In Florida, if you die without a will in place, your property becomes subject to state intestate laws. These laws were put in place to prevent personal property from becoming assets of the state because they didn’t have a will to distribute the assets. Intestate laws provide Florida judges with a rigid formula that passes assets to the closest living relative of the deceased party. Due to the rigidity of intestate laws, they are rarely aligned with the wishes of the deceased party. Furthermore, allowing an estate to be subjected to intestate succession can prevent a deceased party from distributing assets to those outside their immediate family. State law succession regulations were never meant to serve as more than a backup plan – or rather a worst-case scenario.
Florida Intestate Laws Explained
In Florida, if you die without a will, the court, not you, will decide who in your family will inherit your property. While this may not seem like a bad idea, it can be complicated. Modern families are dynamic and varying, so if you have a blended family or adult children and grandchildren you want to leave property, intestate succession laws could prevent you from enriching the lives of your loved ones.
Intestate laws are rigid and extremely formulaic. Assets are distributed in most cases as follows:
- If a party dies without a spouse but has living children, the children inherit the whole of the estate.
- If a party dies without living children or offspring of any deceased children, the spouse is the sole heir
- If a party dies without a spouse or children, the party’s parents inherit the estate
- If a party dies without parents, a spouse, or children, the party’s siblings inherit the estate.
While this may seem straightforward and uncomplicated, intestate laws are quite complex for families outside these rigid guidelines. If a party leaves behind a spouse and grown children, the children are disinherited, and the spouse takes everything unless the children are from another relationship. The children from the other marriage would inherit half, and the spouse would inherit the other half, and the children from the second marriage would effectively be disinherited. These difficulties exist because the intestate succession system wasn’t created to meet the financial goals and inheritance plans of families. It was created as a fail-safe plan for those without existing arrangements. The best course of action for individuals concerned about how their assets will be distributed once they’re deceased is to work with a family law attorney with experience creating estate plans and navigating probate court.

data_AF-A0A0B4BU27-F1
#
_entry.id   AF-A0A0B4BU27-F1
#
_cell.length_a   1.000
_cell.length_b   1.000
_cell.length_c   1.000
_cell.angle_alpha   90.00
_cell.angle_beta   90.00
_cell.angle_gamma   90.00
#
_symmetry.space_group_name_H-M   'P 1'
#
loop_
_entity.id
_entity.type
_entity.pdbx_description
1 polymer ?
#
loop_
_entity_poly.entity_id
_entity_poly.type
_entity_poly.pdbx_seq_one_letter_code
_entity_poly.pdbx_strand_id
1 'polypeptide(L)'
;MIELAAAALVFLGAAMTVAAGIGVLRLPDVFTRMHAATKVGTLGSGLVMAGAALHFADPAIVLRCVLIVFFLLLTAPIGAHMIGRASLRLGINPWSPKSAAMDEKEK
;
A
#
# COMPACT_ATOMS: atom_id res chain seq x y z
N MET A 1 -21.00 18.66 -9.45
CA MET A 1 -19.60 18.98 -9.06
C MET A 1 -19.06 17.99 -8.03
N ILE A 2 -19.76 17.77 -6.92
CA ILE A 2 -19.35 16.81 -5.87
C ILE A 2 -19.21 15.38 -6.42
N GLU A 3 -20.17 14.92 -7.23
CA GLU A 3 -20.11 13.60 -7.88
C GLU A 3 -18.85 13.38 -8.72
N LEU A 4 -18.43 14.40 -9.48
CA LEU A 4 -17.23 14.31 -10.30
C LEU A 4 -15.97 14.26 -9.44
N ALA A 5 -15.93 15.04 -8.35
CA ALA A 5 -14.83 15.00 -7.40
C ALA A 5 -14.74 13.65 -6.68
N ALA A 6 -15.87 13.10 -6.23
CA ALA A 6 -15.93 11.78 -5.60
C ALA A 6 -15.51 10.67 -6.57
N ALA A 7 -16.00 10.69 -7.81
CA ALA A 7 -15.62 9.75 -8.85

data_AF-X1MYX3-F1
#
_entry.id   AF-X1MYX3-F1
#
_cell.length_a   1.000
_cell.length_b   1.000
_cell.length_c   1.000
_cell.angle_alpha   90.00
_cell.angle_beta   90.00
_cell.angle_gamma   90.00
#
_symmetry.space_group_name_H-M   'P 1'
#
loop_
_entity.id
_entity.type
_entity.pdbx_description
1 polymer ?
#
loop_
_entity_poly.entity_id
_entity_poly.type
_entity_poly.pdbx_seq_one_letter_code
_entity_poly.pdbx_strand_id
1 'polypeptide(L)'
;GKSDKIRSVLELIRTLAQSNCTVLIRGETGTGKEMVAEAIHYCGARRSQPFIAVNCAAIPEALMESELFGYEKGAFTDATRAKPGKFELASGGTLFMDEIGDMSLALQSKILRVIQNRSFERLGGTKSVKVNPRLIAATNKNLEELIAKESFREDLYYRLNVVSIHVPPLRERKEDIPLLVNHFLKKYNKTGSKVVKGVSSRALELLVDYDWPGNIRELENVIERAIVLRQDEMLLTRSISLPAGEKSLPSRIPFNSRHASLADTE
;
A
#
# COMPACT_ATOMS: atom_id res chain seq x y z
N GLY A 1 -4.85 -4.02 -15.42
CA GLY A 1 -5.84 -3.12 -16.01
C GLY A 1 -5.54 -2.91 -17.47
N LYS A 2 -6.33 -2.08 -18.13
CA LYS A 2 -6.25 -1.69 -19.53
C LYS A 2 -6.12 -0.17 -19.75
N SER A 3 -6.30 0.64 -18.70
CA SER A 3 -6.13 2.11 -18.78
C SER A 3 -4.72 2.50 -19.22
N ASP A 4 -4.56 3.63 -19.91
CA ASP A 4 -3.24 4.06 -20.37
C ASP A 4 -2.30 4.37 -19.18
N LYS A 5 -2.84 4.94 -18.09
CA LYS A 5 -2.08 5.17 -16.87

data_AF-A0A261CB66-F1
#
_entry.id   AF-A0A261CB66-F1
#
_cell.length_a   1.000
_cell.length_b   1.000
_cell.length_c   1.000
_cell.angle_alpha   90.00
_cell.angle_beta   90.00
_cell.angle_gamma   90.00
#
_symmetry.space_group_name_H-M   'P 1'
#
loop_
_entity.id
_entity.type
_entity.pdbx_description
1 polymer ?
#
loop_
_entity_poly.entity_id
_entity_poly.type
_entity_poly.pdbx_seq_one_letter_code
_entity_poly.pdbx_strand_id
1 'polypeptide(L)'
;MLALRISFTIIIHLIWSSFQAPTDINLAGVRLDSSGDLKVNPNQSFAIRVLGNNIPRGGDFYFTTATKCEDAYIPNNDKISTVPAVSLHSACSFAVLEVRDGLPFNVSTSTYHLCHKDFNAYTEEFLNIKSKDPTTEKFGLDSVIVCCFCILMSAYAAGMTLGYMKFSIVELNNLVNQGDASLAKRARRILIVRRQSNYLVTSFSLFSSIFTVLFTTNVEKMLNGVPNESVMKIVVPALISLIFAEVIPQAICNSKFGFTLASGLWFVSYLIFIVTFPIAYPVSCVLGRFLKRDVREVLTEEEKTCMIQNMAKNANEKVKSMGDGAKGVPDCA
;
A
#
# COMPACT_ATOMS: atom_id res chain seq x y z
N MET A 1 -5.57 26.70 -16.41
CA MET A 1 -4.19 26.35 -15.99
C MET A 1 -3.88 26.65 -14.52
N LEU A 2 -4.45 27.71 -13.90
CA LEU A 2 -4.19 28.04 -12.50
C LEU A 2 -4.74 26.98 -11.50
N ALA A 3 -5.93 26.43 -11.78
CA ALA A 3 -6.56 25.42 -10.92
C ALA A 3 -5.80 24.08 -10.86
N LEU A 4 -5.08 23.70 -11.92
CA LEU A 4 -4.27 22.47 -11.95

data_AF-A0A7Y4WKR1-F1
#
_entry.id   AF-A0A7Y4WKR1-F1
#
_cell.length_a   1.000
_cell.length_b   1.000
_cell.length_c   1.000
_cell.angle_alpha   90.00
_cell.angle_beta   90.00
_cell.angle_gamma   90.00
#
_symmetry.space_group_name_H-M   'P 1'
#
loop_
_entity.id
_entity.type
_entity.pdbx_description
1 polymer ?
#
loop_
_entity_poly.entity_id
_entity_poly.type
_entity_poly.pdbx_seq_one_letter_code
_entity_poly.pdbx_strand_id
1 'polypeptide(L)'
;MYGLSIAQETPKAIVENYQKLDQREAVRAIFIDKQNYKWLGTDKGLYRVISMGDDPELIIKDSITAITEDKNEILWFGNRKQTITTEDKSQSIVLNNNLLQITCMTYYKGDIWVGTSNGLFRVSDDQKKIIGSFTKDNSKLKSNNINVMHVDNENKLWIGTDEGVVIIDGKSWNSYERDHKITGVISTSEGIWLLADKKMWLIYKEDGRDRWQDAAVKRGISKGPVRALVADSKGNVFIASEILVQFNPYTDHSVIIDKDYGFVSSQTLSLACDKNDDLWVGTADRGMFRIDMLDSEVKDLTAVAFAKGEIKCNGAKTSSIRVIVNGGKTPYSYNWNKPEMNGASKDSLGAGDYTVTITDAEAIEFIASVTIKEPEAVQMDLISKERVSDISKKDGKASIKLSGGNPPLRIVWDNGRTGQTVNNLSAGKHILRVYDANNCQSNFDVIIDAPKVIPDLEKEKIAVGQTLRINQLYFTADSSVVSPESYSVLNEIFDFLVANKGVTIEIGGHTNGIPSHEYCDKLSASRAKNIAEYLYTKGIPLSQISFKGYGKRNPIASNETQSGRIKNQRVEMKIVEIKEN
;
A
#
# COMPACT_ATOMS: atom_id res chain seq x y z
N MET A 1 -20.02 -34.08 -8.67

Property Affected by Intestate Laws
Not all property falls within intestate succession laws. Only assets that can be transferred or distributed in a will can be subjected to intestate succession laws. For example, joint property cannot be distributed using a will.
Other properties not subjected to intestate laws include:
- Joint Tenancy Property
- Property in a Trust
- Real estate
- Bank accounts
- Retirement Account Assets
- Transfer-on-Death Brokerage Account Securities
- Payable-on-Death Bank Account Assets
- Life Insurance
Assets with a named beneficiary or designated owner are not subject to intestate laws. Additionally, joint tenancy assets, those that include right of survivorship, pass directly to the surviving owner. So, parties with varying assets can find their estate left in chaos if they won’t have a will or trust put in place.
How to Avoid Florida Intestate Laws
If you have loved ones and family members you’d like to leave assets once you’ve passed on, intestate laws could complicate those goals. The best way to ensure your assets are distributed according to your wishes is to avoid intestate laws altogether.
Create an Estate Plan: Working with an estate planning or a probate attorney can ensure you or your beneficiaries have more control over what happens to your assets. However, creating an estate plan is the best way to ensure your goals are met. Creating a will or trust guarantees your final wishes are known. Depending on your assets and the planning needs of your estate, your attorney will provide guidance for what is required to meet your planning needs.
Your estate plan could be as simple as a will, but if something more detailed and varying is required, having an attorney on your side can make all the difference. If your loved one has passed away before finalizing an estate plan, the easiest way to navigate the intestate succession process is to work with a probate attorney who can provide much-needed guidance.
Contact the Florida Estate Planning Lawyers Schedule a Consultation
At Edwards & Edwards, P.A., we have 50+ years of combined legal experience, and we understand the importance of family! As a family law firm owned and operated by sisters, we are dedicated to helping our clients meet their long- and short-term goals by creating strong legal and financial solutions. If you need an estate plan or help getting a loved one’s estate through probate court, our attorney can help.
Contact our probate or estate planning attorneys at (904) 478-9255 to schedule a consultation. We will review the details of your situation and work with you to develop a strategy to help you meet your goals.